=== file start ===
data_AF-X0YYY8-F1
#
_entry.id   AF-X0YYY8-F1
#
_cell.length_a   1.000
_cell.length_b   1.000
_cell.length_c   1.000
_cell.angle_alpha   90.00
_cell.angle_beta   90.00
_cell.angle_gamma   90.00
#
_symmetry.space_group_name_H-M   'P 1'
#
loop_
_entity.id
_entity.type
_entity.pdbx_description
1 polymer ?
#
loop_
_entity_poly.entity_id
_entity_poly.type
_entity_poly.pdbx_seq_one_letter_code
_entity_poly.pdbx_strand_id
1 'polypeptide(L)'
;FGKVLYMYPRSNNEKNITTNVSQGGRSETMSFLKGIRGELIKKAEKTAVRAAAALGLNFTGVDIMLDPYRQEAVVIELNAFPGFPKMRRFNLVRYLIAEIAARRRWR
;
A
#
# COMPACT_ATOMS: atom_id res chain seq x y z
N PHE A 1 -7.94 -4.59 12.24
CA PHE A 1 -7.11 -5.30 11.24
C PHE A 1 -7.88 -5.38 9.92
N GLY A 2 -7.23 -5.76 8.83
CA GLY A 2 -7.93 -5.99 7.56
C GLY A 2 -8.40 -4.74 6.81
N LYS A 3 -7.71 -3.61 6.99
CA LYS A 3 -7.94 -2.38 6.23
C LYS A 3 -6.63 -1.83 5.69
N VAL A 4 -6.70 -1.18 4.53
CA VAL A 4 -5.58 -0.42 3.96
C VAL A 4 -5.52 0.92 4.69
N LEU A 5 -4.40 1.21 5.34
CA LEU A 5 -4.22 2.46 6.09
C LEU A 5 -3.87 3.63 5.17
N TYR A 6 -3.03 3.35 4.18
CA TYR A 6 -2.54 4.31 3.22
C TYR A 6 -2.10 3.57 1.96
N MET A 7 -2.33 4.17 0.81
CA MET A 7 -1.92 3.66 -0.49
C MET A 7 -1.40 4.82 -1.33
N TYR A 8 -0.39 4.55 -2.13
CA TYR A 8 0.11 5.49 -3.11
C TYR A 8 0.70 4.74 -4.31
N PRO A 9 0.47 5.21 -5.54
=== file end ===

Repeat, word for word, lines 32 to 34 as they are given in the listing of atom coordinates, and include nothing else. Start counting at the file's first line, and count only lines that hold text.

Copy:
CA PHE A 1 -7.11 -5.30 11.24
C PHE A 1 -7.88 -5.38 9.92
N GLY A 2 -7.23 -5.76 8.83